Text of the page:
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Christians For The Mountains

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As a Sunday school teacher at his local nondenominational church, Allen Johnson can teach lessons about the Beatitudes, Ten Commandments and other scriptural encounters with the Divine atop mountains.  He enjoys living in a beautiful area of the upper Appalachians on the border of Virginia and West Virginia.  But when he drives a few miles west into coal country, he mourns the destruction of the very mountains that have long meant both inspiration and life for residents there.  He can’t look away and he’s not content to practice his faith only from a Sunday school classroom.

“Our focus, of course, as Christians is to honor God,” says Johnson, “But within that we have our feet on the ground, as it says, ‘They kingdom come, thy will be done,’ so we have a work to be done.”  Johnson and others have organized concerned citizens and groups to form Christians For The Mountains.  They advocate “that Christians and their churches recognize their God-given responsibility to live compatibly and sustainably upon this earth God has created.”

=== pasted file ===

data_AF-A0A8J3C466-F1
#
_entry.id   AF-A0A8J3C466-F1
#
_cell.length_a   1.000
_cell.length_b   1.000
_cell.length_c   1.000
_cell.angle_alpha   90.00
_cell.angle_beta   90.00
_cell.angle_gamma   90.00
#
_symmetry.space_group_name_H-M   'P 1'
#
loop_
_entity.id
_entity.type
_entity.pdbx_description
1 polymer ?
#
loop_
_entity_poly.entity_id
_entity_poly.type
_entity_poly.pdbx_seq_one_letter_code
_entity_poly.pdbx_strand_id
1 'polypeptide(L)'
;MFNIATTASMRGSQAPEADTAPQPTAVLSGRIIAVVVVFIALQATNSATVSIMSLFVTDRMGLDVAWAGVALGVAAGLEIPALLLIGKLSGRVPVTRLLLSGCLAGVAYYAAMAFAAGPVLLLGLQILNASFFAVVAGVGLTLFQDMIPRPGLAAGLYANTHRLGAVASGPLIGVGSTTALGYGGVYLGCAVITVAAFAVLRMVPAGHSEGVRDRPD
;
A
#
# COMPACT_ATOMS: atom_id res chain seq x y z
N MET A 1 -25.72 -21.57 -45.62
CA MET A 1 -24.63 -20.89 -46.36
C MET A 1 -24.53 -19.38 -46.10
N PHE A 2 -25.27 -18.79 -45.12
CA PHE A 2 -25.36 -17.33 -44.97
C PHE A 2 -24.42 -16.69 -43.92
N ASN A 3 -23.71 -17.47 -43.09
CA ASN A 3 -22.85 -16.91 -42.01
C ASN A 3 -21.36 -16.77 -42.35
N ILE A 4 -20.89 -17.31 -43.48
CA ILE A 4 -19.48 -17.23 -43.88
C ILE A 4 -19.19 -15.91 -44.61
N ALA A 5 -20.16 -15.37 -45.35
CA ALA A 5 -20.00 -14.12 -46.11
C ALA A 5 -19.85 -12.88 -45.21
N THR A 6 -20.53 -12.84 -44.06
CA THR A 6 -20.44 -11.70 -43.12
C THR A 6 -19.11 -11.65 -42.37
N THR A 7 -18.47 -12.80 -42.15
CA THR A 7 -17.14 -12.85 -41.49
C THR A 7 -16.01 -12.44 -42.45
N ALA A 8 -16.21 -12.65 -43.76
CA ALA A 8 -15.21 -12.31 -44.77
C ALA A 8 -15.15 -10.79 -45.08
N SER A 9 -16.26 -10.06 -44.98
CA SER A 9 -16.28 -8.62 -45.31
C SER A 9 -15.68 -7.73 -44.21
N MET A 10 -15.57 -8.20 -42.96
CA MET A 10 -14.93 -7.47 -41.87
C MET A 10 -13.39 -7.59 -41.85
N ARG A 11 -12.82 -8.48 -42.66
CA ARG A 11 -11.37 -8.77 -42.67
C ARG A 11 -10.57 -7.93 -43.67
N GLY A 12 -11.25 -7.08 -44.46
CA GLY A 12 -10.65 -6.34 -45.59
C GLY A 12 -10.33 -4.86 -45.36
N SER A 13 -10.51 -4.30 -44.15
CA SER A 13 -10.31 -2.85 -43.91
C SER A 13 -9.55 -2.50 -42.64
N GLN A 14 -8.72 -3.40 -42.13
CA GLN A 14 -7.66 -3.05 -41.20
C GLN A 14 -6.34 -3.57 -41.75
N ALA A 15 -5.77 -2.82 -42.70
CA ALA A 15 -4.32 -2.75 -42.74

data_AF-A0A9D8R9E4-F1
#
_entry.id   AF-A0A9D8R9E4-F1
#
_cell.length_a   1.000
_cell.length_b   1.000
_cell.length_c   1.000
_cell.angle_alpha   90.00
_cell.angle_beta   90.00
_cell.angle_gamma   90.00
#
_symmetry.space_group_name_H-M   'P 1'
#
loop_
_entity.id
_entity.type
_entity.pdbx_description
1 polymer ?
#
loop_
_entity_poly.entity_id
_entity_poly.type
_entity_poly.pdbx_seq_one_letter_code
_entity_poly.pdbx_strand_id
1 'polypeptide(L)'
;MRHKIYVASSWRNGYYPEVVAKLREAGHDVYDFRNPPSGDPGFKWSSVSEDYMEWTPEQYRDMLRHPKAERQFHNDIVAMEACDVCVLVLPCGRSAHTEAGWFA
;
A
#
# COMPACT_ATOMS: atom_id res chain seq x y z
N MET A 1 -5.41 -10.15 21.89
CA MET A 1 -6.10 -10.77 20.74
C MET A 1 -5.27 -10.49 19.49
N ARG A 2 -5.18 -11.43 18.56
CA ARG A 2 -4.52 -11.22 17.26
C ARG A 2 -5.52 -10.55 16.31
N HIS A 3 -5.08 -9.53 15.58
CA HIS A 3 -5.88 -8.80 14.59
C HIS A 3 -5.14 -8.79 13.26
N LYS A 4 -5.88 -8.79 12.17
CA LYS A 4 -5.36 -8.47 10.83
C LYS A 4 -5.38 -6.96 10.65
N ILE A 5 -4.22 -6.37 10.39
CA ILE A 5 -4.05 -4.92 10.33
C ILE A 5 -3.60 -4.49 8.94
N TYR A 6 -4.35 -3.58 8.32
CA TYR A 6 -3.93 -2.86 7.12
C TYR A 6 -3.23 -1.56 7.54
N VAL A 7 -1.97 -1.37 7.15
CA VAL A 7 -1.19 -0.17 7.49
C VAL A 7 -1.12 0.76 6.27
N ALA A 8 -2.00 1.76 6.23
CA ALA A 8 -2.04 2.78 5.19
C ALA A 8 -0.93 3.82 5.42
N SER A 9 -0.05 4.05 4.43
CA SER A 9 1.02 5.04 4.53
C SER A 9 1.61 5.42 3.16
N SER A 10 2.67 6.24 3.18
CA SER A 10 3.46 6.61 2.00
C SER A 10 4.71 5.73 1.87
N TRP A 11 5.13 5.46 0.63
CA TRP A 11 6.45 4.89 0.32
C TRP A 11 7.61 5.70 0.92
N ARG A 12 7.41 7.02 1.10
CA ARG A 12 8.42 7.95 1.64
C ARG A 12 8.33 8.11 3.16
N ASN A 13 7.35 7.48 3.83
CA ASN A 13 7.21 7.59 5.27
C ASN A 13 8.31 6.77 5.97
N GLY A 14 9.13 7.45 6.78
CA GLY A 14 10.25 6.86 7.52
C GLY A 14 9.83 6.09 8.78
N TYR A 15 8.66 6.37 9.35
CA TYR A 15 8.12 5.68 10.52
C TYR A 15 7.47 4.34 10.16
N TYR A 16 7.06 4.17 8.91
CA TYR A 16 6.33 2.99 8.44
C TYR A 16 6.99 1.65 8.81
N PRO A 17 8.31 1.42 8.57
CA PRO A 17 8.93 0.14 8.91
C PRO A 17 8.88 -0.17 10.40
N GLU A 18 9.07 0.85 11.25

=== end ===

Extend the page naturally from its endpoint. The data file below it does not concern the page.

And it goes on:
CFTM is particularly concerned about the destructive practice of mountaintop removal that has leveled approximately 500 mountains so far in pursuit of coal.  It organizes college students to do health surveys that can help show patterns of disease and death in area residents.  It supports air and water quality testing to monitor effects of mining on public health.  Johnson says CFTM often networks with other groups concerned about mountaintop removal.  CFTM also created the Mountain Mourning DVD collection that helps spread awareness.

Johnson and others believe there’s a correlation between modern mining practices and the very health of people and the place they call home.  Via CFTM Christians are no longer able to look the other way, even in the name of jobs, leaving all the work to so-called environmental groups.  Johnson says, “That is a moral issue, that the health and safety of people and the long-term viability of the community is a more important goal than the short-term profits from mountaintop removal.”

For more about resources available so your church or community group can learn about mountaintop removal, go here.

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